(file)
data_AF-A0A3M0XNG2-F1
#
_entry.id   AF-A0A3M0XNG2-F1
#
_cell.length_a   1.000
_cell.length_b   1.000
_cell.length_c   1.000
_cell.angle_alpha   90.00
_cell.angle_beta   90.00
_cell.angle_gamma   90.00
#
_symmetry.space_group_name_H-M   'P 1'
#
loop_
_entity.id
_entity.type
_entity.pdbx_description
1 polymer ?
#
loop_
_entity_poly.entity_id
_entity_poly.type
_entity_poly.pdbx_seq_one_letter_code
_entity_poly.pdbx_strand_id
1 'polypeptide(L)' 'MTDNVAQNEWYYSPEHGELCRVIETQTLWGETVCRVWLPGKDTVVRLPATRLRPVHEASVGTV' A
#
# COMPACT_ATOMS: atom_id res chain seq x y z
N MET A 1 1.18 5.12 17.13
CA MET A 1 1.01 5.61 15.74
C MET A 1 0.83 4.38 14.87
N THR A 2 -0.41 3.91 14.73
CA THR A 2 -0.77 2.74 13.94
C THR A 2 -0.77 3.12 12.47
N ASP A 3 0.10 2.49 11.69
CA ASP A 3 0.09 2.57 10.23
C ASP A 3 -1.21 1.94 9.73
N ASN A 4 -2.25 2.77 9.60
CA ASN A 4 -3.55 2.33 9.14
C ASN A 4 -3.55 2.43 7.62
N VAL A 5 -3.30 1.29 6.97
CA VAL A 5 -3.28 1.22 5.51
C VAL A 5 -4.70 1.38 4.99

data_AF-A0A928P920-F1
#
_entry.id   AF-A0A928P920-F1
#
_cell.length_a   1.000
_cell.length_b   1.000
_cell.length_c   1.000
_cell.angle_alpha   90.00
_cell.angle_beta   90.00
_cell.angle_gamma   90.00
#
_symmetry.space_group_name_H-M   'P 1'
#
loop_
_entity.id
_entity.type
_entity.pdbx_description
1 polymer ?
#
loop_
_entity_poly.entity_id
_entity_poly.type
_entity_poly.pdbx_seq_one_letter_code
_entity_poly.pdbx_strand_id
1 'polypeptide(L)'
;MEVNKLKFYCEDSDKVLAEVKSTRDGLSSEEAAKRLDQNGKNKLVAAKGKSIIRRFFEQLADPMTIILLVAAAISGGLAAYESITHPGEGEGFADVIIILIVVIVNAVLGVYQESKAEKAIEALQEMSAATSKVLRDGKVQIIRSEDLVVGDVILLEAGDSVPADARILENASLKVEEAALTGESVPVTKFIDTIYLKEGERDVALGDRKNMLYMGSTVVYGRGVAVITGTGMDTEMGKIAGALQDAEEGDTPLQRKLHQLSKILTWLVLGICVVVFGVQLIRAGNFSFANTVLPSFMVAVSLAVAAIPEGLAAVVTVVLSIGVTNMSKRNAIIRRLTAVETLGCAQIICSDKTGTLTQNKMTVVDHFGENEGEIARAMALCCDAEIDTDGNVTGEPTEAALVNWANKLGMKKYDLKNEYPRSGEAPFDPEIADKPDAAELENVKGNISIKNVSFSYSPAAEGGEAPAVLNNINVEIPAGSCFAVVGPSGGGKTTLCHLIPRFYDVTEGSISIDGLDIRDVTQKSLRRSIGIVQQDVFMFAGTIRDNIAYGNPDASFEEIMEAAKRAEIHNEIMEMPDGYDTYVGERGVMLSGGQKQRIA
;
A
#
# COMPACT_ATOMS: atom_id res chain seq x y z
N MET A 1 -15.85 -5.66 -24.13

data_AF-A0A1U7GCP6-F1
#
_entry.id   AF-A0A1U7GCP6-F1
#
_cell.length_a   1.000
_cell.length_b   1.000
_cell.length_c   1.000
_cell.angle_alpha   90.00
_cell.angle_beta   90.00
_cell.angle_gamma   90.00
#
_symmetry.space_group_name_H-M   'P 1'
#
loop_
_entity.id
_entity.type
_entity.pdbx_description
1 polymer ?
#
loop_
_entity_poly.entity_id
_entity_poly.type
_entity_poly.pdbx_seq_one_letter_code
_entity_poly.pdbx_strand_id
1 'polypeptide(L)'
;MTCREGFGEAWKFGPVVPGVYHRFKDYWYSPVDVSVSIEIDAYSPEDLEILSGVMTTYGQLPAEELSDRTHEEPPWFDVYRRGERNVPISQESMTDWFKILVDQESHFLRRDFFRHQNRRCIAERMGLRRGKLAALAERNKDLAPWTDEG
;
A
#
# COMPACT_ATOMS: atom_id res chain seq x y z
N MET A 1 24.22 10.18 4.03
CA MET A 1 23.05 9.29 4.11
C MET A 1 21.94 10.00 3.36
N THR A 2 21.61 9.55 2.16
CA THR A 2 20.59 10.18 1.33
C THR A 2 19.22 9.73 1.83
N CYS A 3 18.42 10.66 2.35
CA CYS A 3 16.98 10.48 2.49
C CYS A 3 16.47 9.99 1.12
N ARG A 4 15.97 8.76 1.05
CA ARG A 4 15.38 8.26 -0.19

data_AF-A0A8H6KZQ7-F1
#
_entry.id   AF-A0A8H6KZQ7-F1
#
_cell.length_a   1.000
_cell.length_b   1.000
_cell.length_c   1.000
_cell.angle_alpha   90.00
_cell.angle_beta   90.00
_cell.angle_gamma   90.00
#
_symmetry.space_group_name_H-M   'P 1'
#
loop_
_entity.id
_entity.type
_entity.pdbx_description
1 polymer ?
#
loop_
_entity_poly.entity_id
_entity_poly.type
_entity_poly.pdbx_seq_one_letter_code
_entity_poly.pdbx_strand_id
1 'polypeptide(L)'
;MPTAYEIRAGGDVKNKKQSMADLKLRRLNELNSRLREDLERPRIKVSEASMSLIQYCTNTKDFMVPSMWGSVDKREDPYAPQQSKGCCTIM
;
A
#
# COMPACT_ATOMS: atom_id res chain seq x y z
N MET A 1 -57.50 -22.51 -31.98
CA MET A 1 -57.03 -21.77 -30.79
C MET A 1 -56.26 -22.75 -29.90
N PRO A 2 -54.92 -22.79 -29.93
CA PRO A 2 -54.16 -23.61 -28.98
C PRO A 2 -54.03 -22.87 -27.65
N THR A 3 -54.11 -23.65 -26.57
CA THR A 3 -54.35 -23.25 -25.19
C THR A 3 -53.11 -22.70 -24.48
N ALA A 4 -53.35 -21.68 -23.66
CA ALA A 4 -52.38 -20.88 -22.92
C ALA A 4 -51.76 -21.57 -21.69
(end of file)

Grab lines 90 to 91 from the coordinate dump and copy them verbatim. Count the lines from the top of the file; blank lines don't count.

_entity.pdbx_description
1 polymer ?